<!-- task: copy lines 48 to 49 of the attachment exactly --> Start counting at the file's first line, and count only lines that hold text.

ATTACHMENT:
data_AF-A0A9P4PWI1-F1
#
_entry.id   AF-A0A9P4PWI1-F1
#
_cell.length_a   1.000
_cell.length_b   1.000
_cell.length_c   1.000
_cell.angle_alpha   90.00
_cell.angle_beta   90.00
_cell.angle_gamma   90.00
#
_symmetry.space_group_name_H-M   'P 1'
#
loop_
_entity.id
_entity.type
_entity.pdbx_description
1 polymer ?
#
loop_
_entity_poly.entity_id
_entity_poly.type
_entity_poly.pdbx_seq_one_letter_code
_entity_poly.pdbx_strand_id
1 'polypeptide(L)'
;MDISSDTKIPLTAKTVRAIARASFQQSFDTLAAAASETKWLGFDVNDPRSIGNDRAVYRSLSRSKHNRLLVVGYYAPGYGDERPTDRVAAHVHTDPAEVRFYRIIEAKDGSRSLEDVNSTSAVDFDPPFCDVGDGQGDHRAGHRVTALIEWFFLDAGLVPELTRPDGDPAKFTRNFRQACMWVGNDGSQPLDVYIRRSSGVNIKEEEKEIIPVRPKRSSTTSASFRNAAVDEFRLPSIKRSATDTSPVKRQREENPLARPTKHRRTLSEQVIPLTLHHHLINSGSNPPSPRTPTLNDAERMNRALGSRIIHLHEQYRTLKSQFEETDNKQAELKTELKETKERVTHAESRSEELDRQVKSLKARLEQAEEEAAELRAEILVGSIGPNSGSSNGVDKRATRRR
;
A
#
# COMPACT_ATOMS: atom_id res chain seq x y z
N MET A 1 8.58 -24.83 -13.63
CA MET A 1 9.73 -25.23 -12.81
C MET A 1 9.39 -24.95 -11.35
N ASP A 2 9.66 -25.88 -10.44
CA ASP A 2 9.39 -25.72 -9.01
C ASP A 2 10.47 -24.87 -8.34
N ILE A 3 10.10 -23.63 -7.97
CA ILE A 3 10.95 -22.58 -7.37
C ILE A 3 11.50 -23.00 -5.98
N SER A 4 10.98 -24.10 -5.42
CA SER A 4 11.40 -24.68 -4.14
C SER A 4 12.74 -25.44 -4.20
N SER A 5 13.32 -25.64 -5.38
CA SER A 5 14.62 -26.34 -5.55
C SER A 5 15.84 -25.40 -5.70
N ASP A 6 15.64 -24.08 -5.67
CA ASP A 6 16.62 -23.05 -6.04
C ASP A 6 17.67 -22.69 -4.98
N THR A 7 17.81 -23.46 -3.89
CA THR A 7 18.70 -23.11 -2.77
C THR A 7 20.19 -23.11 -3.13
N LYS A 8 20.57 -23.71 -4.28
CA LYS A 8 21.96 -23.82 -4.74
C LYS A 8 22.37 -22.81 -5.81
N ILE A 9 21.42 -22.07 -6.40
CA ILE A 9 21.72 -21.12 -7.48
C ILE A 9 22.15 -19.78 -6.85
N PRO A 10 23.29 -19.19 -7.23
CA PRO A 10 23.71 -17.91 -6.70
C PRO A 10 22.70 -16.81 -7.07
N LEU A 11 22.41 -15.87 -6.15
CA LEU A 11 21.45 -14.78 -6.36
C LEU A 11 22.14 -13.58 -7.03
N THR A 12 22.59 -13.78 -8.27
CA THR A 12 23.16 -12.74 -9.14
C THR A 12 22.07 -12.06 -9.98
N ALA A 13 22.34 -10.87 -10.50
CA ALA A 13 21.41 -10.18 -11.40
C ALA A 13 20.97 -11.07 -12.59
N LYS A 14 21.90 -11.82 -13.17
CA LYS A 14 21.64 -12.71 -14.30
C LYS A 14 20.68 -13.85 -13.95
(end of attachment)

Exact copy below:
C ASP A 6 17.67 -22.69 -4.98
N THR A 7 17.81 -23.46 -3.89